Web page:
The United States Coast Guard have offloaded more than 12 tons of cocaine, Thursday, at Port Everglades.
According to the USCG, the 12.4 tons of cocaine has an estimated street value of $378 million. Through 10 missions off the coast of Central and South America and near international waters off the Eastern Pacific Ocean, the Coast Guard was able to retrieve the contraband from suspected smuggling vessels.
The missions took place between mid-October and late November. “These at-sea interdictions are often high-tempo, high-risk evolutions that occur in the dark of night,” said USCG commander Michael Turdo.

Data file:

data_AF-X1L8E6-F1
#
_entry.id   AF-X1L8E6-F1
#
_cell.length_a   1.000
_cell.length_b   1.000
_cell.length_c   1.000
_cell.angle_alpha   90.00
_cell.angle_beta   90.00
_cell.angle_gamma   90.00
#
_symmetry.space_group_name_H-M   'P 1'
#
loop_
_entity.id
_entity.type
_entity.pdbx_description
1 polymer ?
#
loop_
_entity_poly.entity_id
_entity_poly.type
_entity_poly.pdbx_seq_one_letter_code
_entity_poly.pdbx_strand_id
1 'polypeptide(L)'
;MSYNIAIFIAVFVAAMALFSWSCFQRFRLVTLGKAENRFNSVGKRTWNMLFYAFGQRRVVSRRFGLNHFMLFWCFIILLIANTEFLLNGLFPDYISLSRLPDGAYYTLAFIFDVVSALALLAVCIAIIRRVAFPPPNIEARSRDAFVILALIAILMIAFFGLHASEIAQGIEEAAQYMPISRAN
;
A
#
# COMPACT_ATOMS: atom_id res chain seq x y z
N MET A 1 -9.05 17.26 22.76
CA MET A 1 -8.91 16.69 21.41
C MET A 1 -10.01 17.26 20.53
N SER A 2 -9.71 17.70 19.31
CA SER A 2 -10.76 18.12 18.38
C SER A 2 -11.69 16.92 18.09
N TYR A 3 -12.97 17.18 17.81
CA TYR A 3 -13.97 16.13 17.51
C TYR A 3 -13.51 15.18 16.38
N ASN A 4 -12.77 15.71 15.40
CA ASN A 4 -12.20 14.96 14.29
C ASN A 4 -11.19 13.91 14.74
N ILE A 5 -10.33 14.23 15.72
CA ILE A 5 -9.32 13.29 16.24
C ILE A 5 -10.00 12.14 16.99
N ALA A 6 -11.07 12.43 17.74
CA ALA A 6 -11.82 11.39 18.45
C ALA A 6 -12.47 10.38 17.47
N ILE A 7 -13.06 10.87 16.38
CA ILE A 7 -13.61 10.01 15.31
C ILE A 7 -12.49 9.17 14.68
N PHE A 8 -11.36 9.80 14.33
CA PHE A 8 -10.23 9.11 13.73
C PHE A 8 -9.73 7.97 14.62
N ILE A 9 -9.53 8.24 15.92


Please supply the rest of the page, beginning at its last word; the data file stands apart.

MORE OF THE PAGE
The USCG cutter Escanaba, which was used to seize the drugs, holds historical significance. Built in 1932, the Escanaba was assigned to convoy duty during Pearl Harbor.
On Thursday, the 76th anniversary of the attack on Pearl Harbor, Turdo asked for a moment of silence. “On June 13, 1943 while on escort patrol, Escanaba was sunk by the enemy, and 101 Coast Guardsmen were lost at sea.”
The USCG said the Escanaba was aided in the drug seizure by three USCG cutters and a Royal Canadian Navy ship.
“Going back to the first Escanaba that we lost in World War II, the tradition lives on,” said Frederick Scott of the USCG. “No matter what the country has faced, we will continue to push through.”
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